Corner Store Sells Fresh Produce
O’FALLON – On a sunny weekend in late March, Carrie’s Corner Market at 4500 Athlone Avenue introduced a new line of products that produced robust sales. According to the store’s owner, a shocking 40% of sales that weekend were from these new products.
What are the products? Fresh fruits and vegetables!
The story is newsworthy because of the small store’s location. Carries Corner Market, in the 21st Ward, is located in what researchers define as a “food desert” — a typical low-income environment where there’s limited access to to healthy foods.
A joint effort by the University of Missouri Extension, City of St. Louis, and the St. Louis Development Corporation aims to tackle the barriers that prohibit access to food retailers and nutritious, healthy foods in local food deserts. The collaboration has led to the launch of a pilot program with three area corner stores — two in the 21st Ward and one in the 25th Ward. Suppliers on Produce Row have been identified and a fresh produce delivery system has been implemented.
Kara Lubischer, community development specialist with UMSL Extension, said the project was inspired by a 2009 USDA study that recommended working with small corner stores.
Through UMSL’s involvement with the grocery co-opt in the Old North neighborhood, Lubischer said she and her colleagues realized that other outreach efforts were necessary.
“The Old North St. Louis neighborhood was able to open a community-run grocery store but not every neighborhood in the city has the capacity to open grocery stores, nor should they,” Lubischer explained. “Another way to address the issue is to work with stores already in our neighborhoods to help people purchase the foods necessary to live healthier lifestyles.”
Much more work must be done to support the initiative and adequately address the food dessert problem, Lubischer stresses. Aldermanic interest must be encouraged, grassroots marketing campaigns must be instituted, and volunteers are needed to conduct surveys so researchers can identify what types of produce interest customers most.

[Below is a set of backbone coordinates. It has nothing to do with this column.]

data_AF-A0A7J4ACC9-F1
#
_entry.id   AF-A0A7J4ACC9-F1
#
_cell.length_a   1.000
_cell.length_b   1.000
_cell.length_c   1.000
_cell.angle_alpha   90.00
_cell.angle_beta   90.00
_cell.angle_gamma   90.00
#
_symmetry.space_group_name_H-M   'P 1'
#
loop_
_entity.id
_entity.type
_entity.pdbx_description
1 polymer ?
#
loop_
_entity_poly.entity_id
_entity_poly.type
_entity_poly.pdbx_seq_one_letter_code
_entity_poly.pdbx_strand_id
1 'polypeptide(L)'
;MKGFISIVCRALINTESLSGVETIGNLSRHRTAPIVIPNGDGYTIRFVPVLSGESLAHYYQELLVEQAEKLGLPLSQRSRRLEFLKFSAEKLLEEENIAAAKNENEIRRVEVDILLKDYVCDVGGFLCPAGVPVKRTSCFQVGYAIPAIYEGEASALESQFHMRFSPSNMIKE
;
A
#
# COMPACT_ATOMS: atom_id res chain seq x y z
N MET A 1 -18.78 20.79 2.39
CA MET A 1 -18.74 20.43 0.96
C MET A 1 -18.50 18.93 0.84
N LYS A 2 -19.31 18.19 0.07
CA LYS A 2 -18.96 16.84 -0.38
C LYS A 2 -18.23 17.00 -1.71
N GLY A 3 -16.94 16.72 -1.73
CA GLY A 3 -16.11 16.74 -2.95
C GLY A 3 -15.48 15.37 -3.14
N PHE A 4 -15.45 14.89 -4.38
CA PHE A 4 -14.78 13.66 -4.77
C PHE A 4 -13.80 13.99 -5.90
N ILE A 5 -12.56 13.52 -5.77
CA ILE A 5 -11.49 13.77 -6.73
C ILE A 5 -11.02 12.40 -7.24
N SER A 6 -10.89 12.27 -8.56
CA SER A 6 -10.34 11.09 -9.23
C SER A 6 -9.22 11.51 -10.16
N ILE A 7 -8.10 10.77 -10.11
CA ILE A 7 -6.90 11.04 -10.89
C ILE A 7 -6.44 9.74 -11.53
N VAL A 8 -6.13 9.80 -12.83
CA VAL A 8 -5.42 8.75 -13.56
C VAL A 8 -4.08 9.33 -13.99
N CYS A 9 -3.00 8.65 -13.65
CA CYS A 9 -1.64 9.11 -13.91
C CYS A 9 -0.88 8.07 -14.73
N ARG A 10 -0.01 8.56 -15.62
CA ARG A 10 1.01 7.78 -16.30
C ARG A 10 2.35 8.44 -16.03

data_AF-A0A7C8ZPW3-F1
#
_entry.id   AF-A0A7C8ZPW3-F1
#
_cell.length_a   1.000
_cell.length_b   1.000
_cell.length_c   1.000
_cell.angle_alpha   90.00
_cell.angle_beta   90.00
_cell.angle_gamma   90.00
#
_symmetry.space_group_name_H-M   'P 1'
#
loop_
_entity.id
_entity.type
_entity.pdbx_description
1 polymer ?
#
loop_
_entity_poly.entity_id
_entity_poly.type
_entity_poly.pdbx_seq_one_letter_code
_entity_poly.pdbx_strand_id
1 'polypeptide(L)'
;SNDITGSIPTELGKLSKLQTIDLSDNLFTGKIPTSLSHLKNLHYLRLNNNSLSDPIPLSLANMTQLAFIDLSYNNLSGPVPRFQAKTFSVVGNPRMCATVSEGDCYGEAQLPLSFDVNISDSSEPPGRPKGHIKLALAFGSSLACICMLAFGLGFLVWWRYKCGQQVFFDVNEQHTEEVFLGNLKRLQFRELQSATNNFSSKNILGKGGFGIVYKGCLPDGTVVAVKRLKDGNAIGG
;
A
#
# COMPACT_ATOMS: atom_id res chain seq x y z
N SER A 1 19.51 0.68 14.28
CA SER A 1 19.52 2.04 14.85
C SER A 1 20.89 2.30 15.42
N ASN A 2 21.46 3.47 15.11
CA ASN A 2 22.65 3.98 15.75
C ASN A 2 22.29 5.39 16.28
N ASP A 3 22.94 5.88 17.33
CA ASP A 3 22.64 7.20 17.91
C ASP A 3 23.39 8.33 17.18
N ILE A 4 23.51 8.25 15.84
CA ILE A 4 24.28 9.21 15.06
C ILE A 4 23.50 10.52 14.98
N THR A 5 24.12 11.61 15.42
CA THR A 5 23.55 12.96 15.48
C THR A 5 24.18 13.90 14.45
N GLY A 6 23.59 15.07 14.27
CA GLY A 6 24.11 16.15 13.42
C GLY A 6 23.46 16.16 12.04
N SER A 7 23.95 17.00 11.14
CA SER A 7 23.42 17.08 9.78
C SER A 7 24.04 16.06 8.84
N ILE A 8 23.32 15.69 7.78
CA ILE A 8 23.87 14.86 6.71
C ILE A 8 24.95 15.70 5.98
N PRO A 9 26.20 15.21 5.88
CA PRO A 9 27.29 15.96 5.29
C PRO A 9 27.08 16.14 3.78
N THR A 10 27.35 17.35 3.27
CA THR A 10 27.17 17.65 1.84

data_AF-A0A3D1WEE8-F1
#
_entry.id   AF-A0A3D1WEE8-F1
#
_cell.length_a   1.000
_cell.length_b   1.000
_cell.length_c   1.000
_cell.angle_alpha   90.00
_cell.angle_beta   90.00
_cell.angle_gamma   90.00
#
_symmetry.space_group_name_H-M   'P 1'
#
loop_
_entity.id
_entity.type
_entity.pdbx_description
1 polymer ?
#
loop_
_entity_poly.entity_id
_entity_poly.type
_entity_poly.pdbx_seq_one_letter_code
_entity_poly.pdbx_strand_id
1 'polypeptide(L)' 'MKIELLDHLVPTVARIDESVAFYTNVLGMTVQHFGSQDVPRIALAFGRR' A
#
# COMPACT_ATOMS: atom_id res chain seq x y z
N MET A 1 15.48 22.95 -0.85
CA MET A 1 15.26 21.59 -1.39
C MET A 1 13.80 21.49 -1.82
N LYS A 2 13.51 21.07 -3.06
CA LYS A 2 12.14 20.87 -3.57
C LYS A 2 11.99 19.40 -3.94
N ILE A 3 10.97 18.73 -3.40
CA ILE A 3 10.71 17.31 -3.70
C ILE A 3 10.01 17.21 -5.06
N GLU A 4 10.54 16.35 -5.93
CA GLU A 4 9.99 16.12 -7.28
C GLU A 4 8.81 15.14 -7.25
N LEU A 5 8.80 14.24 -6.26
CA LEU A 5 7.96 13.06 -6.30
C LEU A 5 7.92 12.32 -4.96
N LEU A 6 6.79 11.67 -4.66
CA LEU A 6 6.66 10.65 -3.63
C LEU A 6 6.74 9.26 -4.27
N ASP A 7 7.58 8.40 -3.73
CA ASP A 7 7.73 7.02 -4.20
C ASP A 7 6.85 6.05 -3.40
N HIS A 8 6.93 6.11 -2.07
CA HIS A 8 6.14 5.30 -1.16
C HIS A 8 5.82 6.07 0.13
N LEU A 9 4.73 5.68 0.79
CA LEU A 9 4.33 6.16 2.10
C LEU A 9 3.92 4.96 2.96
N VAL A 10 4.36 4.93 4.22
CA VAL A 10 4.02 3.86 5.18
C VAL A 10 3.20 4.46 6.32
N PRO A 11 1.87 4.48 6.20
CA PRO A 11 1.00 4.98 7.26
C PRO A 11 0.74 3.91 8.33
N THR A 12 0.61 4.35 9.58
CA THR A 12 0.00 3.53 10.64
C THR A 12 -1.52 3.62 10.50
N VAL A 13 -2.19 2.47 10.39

For Gary Willis, owner of Carries Corner Market, the pilot program is already a success.
“My customers love it. I’m starting to attract a different crowd. Some of the older people who didn’t stop in for whatever reasons are now starting to call and come by.”
Willis and his wife, Melba – who’ve operated Carries for 19 years — have already identified the fresh food products that attract theirs customers. “Bananas, apples, oranges, grapes, a variety of greens, onions, potatoes, and yams are selling pretty well,” Willis said.
Lubischer hopes the program matures into a well-rounded, multi-faceted approach that permanently addresses the lack of healthy food in disadvantaged neighborhoods.
“We want it to be more than just fresh produce. Frozen and canned produce are good as well. We want people to have access to non-fat dairy options, whole grain products – all the different components of a healthy diet.”
The Healthy Corner Store Project will host a meeting on May 9th at The Sanctuary (on the corner of Red Bud and Rosalie Avenues) at 6:00PM. Attendees can join teams where they plan events, organize cooking classes and taste-tests at participating stores, work with youth to create “eat healthy” marketing messages, and brainstorm on ways to help corner stores sell healthy products.
For more information about the May 9th Healthy Corner Store event contact 21st Ward NSO Michael Powers at 314-657-1375 or firstname.lastname@example.org.
By SYLVESTER BROWN, JR.
Senior Staff Reporter